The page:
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  • Quality Control: Workers on a sorting table at Viña Montes.
  • Hang Time: Apalta vineyard scene, Colchagua Valley
  • Nighttime harvest at Viña Montes
  • Viña Matetic winemaker Paula Cárdenas
  • Central Valley vineyard scene
  • Trailblazing vintner Maria Luz Marin, of Casa Marin
  • Viña Montes’ El Arcangel Estate, Colchagua Valley
  • Pablo Morandé, of Viña Morandé, aka the King of Casablanca
 

Fast Forward


Returning to Chile, Judith Lane Discovers Rapid Change For The Better

It’s said that wines are an expression of country, people and place. These days that’s never been truer for the wines of Chile.

In Chile, everything seems to grow, especially grapevines, lots of grapevines. There’s something special about the quality of the light, the long, virtually rainless summers and near perfect growing conditions.

The temperate, Mediterranean-like climate is key as is geography — the Atacama Desert in the North, Andes to the East, Pacific Ocean to the West and Patagonia’s ice fields to the South — which isolates and contains the valleys of vineyards.

Chile’s wine growing regions are situated in the middle third of this long ocean-hugging country, in valleys between the Pacific and the Andes that run from Elqui and Limarí in the north to Bío-Bío and Malleco in the south. These and neighbouring valleys charm with names like Aconcagua, Maipo, Casablanca, San Antonio, Cachapoal, Colchagua, Curiço, Maule and Itata that trip off the tongue with only a little practice.

These valleys are becoming increasingly important as Chile ascends the fine winemaking ladder, producing distinctive, captivating wines for the world to taste and enjoy. Regional differences and talented winemakers set these wines apart, make them special. I visited Chile when the 2009 harvest was underway, mirroring a previous visit in 2006. What has made Chilean wines so likeable and drinkable remains, but much has changed.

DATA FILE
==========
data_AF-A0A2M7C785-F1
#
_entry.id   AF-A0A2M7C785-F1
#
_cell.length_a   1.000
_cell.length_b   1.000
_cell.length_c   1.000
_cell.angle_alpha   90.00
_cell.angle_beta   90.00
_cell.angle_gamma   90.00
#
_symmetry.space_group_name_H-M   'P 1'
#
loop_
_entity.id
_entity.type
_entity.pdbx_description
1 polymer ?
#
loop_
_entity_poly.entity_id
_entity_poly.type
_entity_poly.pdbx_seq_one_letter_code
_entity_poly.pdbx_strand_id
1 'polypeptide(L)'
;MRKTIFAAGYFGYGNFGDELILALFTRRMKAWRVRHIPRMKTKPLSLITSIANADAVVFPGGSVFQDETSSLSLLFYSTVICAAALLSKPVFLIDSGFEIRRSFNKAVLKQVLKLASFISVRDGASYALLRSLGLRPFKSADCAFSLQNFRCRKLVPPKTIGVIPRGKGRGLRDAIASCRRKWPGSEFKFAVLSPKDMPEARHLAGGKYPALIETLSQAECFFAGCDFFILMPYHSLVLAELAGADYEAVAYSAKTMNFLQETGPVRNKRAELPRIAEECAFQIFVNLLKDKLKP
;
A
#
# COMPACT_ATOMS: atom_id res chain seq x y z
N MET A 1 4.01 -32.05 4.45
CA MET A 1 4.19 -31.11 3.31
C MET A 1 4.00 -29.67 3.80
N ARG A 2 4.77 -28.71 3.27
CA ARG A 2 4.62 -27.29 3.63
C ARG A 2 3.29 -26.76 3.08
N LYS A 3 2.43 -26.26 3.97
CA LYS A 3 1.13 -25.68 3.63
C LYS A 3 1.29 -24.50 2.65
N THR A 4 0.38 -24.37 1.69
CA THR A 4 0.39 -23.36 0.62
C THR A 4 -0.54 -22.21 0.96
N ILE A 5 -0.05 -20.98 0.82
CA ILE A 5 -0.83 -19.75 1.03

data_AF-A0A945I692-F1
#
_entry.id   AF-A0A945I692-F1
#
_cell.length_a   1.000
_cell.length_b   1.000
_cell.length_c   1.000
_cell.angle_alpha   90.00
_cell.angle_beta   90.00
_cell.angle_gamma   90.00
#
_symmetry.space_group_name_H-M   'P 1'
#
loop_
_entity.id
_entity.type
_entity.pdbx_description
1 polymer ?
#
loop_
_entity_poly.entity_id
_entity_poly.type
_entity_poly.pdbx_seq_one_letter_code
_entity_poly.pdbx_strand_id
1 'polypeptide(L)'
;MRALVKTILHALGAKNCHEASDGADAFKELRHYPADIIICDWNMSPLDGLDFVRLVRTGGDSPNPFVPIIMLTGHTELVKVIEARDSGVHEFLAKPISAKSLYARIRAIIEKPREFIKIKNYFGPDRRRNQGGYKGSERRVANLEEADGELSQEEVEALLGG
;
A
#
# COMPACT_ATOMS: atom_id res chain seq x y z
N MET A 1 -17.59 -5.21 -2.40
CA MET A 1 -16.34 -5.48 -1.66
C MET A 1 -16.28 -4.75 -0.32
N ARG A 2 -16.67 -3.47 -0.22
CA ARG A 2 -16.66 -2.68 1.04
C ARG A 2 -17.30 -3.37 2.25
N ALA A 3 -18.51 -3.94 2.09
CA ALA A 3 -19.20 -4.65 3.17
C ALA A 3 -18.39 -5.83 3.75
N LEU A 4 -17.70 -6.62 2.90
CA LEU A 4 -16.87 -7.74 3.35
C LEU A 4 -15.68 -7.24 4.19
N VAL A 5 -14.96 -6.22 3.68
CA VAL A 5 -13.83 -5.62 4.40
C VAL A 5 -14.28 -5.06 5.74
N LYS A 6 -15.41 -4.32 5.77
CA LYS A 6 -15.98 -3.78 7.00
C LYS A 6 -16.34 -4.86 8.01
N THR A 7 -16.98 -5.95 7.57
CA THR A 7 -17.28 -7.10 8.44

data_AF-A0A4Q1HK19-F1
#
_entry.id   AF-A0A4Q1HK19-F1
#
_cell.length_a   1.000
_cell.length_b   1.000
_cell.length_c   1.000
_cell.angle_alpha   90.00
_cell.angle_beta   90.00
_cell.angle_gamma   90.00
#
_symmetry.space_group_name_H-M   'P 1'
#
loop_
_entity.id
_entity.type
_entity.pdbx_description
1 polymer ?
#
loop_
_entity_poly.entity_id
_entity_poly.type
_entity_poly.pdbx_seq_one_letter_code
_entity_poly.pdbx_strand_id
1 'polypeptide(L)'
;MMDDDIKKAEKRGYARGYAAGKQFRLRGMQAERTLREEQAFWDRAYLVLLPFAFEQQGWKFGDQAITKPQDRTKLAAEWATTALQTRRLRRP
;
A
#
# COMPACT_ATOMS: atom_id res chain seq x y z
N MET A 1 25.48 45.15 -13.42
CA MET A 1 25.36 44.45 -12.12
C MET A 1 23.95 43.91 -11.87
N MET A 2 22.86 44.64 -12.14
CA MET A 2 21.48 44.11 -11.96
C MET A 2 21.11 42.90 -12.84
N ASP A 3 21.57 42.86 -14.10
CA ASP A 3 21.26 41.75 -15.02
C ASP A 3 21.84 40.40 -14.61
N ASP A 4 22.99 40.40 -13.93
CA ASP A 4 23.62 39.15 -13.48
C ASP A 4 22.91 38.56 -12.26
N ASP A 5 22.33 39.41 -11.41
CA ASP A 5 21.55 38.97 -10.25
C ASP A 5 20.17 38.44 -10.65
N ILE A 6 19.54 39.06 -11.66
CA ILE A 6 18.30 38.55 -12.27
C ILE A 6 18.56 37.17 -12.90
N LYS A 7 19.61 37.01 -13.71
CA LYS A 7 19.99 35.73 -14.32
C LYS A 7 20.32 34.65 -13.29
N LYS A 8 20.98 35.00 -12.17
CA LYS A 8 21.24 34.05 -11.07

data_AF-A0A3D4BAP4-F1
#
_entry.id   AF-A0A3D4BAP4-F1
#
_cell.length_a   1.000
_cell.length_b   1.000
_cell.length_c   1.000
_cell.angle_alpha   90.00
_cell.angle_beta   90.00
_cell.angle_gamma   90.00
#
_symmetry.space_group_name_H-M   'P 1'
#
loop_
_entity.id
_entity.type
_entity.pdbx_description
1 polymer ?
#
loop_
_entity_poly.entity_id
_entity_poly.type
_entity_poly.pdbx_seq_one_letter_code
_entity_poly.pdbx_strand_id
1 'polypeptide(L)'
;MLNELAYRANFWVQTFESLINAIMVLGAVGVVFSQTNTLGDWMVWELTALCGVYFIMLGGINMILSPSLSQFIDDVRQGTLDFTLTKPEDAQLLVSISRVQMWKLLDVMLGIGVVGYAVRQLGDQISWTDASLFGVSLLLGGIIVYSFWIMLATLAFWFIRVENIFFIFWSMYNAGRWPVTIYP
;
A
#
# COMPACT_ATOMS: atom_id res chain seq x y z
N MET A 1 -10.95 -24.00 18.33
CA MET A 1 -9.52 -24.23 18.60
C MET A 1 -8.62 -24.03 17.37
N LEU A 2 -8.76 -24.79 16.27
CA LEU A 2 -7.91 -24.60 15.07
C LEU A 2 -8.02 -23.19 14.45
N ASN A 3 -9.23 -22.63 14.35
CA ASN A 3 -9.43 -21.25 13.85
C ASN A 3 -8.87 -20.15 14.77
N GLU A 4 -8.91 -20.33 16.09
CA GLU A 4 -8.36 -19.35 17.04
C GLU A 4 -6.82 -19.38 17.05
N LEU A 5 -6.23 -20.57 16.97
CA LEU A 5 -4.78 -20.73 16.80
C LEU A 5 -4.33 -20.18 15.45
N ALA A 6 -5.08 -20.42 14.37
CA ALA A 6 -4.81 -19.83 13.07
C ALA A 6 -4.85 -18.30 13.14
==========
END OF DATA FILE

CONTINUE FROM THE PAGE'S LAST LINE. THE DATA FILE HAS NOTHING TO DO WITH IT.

Three years ago, organic wines were a big deal. Today more and more wineries are transitioning to organic, and some are certified. Caliterra and others are in transition, farming sustainably and using eco-friendly farming methods, not difficult since Chile’s geography isolates it from pests and disease.

Some familiar organic producers include Cono Sur who produced the first certified organic wine — Cono Sur Organic Cabernet Sauvignon Carménère in 2003. Viña Emiliana Organico makes Adobe, Coyam and Novas wines and is transitioning to biodynamic. Emiliana’s G is the country’s first biodynamic wine, and grapes for iconic Seña are farmed biodynamically. Matetic’s EQ and Corralillo brands are organic, as is Morandé’s Edicion Limitada Pinot Noir and Viña Tarapaca’s Natura. Many more wineries use green practices like carbon offsetting, using lighter bottles, solar power and bio-diesel fuel.

Vineyards in cool coastal regions like Casablanca, Leyda, San Antonio and Bío Bío are growing apace as wineries seemingly plant Sauvignon Blanc and Pinot Noir — these varietals thrive here — as fast as they can get vines into the ground. The plantings address increased global demand for these rock star varietals. Wineries are responding and there are few who aren’t bottling them.